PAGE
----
Among the many compelling concerns raised by Jay and David is the matter of civility. I don't often think about that and I don't know how to think about it, but it clearly is important.
The thread started in reaction to Spellings' attack on a TV episode about a family of maple sugerers headed by two moms.
Spellings invoked the fact that the episode would embroil the program in controversy as justification for withdrawing it, since "Many parents would not want their young children exposed to the lifestyles portrayed in the episode."
There's a piece in today's Boston Globe (at
that concludes, "Of course, many parents would not want their children exposed to Muslim, evangelical Christian, or Mormon families, all of which Buster has encountered in past episodes. Should those parents get to shape our children's understanding?"
I think the family Buster visited in Texas was involved with Rodeos. I think there are a lot of people who would regard aspects of that culture -- or, for another example, the culture of dehumanizing brutalization that is seen in some military situations and can lead to things like what happened at Abu Graib -- as no less objectionable than the families with same-sex parents are seen to be by those that Spelling is pandering to.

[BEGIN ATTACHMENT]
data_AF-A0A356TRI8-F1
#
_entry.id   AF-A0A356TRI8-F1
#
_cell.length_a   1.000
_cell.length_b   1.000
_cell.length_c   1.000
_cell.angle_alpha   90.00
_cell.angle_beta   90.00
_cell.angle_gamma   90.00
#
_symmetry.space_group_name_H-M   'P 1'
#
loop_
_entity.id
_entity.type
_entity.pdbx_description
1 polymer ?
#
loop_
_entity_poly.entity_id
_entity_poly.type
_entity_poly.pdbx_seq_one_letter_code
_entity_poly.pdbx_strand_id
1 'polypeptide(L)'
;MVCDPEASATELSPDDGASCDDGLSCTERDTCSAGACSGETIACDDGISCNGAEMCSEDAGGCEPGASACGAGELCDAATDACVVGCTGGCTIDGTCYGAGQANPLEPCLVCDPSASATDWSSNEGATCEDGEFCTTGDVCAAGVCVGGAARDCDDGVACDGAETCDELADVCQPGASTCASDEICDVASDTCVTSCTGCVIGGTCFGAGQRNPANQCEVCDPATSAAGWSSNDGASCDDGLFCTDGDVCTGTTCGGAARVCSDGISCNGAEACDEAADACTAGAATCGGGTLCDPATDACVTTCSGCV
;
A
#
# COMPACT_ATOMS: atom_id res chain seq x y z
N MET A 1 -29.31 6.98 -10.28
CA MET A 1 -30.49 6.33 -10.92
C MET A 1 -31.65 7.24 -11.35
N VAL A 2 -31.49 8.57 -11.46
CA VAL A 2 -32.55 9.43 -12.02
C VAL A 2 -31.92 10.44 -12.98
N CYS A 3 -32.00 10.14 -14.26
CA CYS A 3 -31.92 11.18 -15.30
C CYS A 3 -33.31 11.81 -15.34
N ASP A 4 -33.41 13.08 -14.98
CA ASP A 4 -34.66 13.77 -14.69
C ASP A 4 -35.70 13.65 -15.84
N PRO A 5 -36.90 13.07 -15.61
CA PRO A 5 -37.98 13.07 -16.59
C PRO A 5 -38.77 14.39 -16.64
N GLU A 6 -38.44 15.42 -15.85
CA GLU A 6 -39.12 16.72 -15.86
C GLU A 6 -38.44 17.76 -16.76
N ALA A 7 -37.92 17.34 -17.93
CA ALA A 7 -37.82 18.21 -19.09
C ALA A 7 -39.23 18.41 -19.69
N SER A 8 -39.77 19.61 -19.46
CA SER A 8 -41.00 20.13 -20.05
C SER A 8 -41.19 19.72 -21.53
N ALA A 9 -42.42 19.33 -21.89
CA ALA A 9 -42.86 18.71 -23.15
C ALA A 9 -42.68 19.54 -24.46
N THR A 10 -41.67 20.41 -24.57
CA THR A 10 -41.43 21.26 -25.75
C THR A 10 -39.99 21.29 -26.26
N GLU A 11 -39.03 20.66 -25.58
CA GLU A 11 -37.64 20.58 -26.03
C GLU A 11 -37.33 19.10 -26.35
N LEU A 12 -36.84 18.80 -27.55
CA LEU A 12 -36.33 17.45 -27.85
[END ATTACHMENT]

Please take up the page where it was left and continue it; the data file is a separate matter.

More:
If the bare fact of CONTROVERSY is grounds for suppressing representation, then if we all behaved like the radical right, and insisted that the things we find objectionable must not be seen on television, then Spellings' could not use that justification so one-sidedly.
But the rest of us do not behave like the radical right.
Why doesn't Bill Moyers behave more like Bill O'Reilly or Rush Limbaugh? It's impossible to imagine, isn't it? It's partly a matter of disposition -- who would want to be like that? -- are we even capable of that way of being if we concluded that it makes sense strategically? But partly it's also that we don't believe in that manner of public conduct.
Still, as Jay is pointing out, this sensibility puts us at a disadvantage.
Again, I don't know how to think about this, but I thank Jay and David for forcing me to try thinking about it.